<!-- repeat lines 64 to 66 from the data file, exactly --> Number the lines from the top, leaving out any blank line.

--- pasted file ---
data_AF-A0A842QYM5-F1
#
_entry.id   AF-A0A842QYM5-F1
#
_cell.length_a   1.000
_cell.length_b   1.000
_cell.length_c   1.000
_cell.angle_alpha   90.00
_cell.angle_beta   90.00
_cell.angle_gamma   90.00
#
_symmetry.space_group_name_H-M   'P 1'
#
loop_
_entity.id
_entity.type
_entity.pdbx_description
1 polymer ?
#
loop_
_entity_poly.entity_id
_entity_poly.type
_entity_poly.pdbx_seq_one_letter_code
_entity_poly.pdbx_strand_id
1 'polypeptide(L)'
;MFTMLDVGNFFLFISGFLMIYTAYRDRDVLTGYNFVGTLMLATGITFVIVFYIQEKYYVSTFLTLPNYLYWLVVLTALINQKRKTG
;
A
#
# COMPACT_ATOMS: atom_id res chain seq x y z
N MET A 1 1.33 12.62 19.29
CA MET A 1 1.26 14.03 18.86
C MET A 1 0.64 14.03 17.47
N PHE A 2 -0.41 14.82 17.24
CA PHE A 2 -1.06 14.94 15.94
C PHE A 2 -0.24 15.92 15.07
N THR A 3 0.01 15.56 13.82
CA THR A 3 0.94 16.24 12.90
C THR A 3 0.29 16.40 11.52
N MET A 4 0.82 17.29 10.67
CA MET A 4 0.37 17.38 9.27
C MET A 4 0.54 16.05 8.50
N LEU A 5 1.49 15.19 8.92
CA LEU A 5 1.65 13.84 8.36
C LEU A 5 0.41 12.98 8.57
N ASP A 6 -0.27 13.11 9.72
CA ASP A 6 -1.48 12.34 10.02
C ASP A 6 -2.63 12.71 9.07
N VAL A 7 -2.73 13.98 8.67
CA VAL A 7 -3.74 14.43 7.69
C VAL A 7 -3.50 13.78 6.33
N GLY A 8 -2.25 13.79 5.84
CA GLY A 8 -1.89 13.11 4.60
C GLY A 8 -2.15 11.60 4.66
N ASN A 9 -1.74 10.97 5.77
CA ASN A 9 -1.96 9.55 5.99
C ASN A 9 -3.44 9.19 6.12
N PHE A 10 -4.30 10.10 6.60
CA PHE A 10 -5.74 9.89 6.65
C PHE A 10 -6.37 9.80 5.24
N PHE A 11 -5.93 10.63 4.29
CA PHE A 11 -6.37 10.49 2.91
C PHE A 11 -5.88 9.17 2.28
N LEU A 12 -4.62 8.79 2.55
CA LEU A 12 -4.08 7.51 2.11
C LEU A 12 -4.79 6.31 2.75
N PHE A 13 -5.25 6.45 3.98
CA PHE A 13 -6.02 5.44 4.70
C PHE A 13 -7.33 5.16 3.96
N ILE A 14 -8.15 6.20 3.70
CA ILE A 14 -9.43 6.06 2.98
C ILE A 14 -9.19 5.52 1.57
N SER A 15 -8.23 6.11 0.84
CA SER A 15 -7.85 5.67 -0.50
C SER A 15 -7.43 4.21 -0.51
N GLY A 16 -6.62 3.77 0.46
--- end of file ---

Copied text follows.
N LEU A 12 -4.62 8.79 2.55
CA LEU A 12 -4.08 7.51 2.11
C LEU A 12 -4.79 6.31 2.75